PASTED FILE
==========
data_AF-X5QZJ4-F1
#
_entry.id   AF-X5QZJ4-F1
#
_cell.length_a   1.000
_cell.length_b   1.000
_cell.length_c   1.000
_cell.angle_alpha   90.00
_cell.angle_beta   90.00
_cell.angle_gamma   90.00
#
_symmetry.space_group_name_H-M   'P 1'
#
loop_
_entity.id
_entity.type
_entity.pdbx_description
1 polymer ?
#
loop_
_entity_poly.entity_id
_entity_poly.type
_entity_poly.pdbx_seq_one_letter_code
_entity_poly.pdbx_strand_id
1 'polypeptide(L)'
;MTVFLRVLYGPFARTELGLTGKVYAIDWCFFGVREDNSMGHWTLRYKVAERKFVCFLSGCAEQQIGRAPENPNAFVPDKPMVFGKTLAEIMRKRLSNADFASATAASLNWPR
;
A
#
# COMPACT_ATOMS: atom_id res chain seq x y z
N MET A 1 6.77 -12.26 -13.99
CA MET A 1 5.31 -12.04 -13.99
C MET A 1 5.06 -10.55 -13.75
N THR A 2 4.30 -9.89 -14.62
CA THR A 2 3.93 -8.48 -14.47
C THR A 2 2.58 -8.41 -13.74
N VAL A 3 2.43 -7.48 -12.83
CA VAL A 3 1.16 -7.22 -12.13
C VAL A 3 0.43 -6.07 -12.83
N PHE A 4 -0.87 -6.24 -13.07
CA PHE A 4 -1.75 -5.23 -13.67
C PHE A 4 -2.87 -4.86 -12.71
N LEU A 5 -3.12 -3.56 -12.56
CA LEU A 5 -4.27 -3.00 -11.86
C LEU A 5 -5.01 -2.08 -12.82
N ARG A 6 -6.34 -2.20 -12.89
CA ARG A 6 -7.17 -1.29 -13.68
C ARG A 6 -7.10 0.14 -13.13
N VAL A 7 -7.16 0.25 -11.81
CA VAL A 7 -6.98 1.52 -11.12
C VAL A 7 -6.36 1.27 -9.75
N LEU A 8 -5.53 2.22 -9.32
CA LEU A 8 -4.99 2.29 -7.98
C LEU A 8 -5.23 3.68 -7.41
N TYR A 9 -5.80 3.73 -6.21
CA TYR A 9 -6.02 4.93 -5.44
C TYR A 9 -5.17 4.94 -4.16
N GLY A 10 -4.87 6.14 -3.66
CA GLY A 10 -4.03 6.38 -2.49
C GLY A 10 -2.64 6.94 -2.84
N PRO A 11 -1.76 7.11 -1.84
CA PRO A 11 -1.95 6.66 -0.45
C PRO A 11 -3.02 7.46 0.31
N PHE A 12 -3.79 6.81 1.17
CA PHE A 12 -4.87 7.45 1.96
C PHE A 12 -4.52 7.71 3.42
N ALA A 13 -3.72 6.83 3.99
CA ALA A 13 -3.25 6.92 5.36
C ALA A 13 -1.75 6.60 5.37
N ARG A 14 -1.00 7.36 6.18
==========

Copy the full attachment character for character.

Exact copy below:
data_AF-X5QZJ4-F1
#
_entry.id   AF-X5QZJ4-F1
#
_cell.length_a   1.000
_cell.length_b   1.000
_cell.length_c   1.000
_cell.angle_alpha   90.00
_cell.angle_beta   90.00
_cell.angle_gamma   90.00
#
_symmetry.space_group_name_H-M   'P 1'
#
loop_
_entity.id
_entity.type
_entity.pdbx_description
1 polymer ?
#
loop_
_entity_poly.entity_id
_entity_poly.type
_entity_poly.pdbx_seq_one_letter_code
_entity_poly.pdbx_strand_id
1 'polypeptide(L)'
;MTVFLRVLYGPFARTELGLTGKVYAIDWCFFGVREDNSMGHWTLRYKVAERKFVCFLSGCAEQQIGRAPENPNAFVPDKPMVFGKTLAEIMRKRLSNADFASATAASLNWPR
;
A
#
# COMPACT_ATOMS: atom_id res chain seq x y z
N MET A 1 6.77 -12.26 -13.99
CA MET A 1 5.31 -12.04 -13.99
C MET A 1 5.06 -10.55 -13.75
N THR A 2 4.30 -9.89 -14.62
CA THR A 2 3.93 -8.48 -14.47
C THR A 2 2.58 -8.41 -13.74
N VAL A 3 2.43 -7.48 -12.83
CA VAL A 3 1.16 -7.22 -12.13
C VAL A 3 0.43 -6.07 -12.83
N PHE A 4 -0.87 -6.24 -13.07
CA PHE A 4 -1.75 -5.23 -13.67
C PHE A 4 -2.87 -4.86 -12.71
N LEU A 5 -3.12 -3.56 -12.56
CA LEU A 5 -4.27 -3.00 -11.86
C LEU A 5 -5.01 -2.08 -12.82
N ARG A 6 -6.34 -2.20 -12.89
CA ARG A 6 -7.17 -1.29 -13.68
C ARG A 6 -7.10 0.14 -13.13
N VAL A 7 -7.16 0.25 -11.81
CA VAL A 7 -6.98 1.52 -11.12
C VAL A 7 -6.36 1.27 -9.75
N LEU A 8 -5.53 2.22 -9.32
CA LEU A 8 -4.99 2.29 -7.98
C LEU A 8 -5.23 3.68 -7.41
N TYR A 9 -5.80 3.73 -6.21
CA TYR A 9 -6.02 4.93 -5.44
C TYR A 9 -5.17 4.94 -4.16
N GLY A 10 -4.87 6.14 -3.66
CA GLY A 10 -4.03 6.38 -2.49
C GLY A 10 -2.64 6.94 -2.84
N PRO A 11 -1.76 7.11 -1.84
CA PRO A 11 -1.95 6.66 -0.45
C PRO A 11 -3.02 7.46 0.31
N PHE A 12 -3.79 6.81 1.17
CA PHE A 12 -4.87 7.45 1.96
C PHE A 12 -4.52 7.71 3.42
N ALA A 13 -3.72 6.83 3.99
CA ALA A 13 -3.25 6.92 5.36
C ALA A 13 -1.75 6.60 5.37
N ARG A 14 -1.00 7.36 6.18